R Street's Josiah Neeley on Texas beer container laws:
What’s the difference between a beer can and a mayonnaise jar? It sounds like the opening to a bad joke, but it’s also the basis for a legal and regulatory battle being waged between the Texas Alcoholic Beverage Commission (TABC) and an Austin-area small business.
Cuvee Coffee is a coffee bar located in a hip area of east Austin. Founded by Michael McKim, Cuvee’s sells beer on tap. Customers who want their beer to-go can have them placed in a growler (a large resealable bottle) or using a crowler (a machine that seals the beer in an aluminum can with a standard pop top). It takes several minutes to produce a can of beer using a crowler and, because the device doesn’t eliminate oxygen from the can, the beer won’t stay fresh for as long as canned beer bought in stores. As such, crowlers are useless as a way to mass-produce canned beer.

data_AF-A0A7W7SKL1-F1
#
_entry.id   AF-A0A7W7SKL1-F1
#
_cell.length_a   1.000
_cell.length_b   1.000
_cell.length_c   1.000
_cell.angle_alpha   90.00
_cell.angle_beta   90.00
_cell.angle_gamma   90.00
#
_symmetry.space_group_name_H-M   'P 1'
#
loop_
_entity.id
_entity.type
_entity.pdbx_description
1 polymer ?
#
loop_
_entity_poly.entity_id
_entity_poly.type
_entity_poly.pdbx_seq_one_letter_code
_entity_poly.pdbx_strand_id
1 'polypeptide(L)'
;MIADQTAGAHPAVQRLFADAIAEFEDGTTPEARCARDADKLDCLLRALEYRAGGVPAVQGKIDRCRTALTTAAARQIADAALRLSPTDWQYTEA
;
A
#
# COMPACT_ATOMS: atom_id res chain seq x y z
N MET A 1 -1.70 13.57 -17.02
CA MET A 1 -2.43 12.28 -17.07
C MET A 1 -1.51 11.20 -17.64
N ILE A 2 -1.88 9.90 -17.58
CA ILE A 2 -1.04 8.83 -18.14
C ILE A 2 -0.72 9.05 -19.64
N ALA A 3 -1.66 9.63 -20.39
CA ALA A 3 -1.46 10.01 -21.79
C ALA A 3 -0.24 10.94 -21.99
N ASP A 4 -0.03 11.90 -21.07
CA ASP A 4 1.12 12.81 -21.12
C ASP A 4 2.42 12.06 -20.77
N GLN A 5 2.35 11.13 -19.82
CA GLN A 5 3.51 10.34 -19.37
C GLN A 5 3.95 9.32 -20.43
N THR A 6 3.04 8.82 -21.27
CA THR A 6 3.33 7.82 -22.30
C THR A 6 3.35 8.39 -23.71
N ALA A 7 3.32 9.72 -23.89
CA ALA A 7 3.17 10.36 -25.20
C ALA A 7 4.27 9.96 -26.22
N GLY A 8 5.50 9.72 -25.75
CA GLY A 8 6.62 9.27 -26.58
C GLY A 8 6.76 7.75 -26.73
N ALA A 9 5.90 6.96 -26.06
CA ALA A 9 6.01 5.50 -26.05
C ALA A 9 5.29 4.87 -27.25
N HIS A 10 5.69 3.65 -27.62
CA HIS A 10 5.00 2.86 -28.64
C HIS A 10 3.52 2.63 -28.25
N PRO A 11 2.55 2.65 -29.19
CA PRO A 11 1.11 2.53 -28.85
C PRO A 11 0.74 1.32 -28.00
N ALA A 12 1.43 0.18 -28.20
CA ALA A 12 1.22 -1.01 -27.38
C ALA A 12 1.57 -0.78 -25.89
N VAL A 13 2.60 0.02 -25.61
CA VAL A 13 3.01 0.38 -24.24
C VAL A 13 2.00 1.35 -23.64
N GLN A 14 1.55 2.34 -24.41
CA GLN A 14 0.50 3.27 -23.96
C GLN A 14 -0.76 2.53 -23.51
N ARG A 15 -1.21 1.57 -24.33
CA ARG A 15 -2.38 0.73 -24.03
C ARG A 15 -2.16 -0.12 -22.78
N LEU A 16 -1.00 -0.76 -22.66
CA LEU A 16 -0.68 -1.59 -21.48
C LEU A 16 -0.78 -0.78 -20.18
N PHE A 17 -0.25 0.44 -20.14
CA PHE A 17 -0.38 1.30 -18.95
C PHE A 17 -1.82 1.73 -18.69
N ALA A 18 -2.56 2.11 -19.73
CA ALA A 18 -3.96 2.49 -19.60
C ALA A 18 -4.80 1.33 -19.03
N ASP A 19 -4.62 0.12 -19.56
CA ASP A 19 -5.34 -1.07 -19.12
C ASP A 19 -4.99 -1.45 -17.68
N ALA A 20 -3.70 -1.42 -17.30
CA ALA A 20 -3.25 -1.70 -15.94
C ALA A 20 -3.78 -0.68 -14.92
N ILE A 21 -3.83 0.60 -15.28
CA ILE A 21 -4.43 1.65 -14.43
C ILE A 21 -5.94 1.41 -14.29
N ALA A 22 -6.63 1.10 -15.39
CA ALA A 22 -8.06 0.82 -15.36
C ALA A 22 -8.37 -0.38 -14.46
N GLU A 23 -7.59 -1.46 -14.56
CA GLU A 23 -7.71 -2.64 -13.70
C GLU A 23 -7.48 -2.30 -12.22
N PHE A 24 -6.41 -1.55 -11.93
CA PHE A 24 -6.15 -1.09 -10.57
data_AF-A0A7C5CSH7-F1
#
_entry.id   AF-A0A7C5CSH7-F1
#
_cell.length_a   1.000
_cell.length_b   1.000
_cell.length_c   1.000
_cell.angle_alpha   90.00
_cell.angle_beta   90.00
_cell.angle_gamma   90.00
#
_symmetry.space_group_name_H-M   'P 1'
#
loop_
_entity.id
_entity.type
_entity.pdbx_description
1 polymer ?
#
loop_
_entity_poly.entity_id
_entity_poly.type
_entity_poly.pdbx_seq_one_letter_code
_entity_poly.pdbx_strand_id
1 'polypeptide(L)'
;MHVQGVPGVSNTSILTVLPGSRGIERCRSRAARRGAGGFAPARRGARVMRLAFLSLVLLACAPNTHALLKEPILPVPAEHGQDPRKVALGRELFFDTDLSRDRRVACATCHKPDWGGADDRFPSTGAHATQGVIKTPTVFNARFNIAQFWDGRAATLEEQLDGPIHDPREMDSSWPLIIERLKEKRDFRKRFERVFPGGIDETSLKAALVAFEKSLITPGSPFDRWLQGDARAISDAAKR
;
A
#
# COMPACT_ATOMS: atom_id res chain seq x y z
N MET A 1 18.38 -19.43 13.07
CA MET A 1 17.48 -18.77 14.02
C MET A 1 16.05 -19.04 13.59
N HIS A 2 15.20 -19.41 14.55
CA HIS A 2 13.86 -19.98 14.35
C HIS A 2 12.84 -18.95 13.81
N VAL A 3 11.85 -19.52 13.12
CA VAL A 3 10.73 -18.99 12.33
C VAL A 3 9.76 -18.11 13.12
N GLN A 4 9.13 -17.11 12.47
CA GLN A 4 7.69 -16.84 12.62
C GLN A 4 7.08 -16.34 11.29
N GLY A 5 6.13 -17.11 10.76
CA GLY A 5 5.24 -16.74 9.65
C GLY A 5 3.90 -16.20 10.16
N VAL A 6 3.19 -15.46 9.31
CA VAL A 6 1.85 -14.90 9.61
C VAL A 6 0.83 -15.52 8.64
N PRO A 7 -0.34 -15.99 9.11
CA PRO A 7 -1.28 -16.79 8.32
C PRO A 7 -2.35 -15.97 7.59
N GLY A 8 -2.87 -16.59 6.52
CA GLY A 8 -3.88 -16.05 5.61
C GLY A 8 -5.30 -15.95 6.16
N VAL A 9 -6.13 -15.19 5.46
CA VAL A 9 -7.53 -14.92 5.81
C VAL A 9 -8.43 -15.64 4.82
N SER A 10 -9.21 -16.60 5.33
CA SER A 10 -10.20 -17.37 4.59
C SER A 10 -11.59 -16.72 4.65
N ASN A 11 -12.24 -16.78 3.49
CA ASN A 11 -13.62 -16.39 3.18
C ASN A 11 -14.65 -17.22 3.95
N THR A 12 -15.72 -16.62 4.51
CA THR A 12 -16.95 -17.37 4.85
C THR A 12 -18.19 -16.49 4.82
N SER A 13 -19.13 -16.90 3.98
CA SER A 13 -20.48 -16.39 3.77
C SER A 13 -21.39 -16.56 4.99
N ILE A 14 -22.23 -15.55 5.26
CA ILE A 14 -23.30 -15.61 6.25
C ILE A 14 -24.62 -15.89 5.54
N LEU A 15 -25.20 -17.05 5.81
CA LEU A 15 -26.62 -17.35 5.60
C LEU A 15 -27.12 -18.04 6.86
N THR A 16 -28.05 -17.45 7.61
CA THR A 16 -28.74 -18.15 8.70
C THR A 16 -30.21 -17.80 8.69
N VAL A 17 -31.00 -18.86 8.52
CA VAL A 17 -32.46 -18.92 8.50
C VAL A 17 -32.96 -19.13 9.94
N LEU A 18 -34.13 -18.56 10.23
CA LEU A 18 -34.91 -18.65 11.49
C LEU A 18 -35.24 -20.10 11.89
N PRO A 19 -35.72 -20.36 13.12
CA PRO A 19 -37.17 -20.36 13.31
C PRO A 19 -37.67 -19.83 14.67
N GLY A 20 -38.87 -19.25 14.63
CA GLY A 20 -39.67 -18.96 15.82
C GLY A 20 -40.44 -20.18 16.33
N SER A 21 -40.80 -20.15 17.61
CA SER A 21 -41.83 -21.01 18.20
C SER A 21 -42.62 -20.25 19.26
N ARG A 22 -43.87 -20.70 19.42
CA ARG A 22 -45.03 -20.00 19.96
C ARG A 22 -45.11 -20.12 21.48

Texas law requires businesses that wish to “bottle and can beer and pack it into containers for resale” to hold a manufacturer’s license from TABC. Texas also prohibits the same entity from holding licenses for both the manufacture and retail sale of alcohol. Dating from the years after Prohibition, this mandatory separation is argued to be needed to combat organized crime. In practice the rules often serve to limit competition....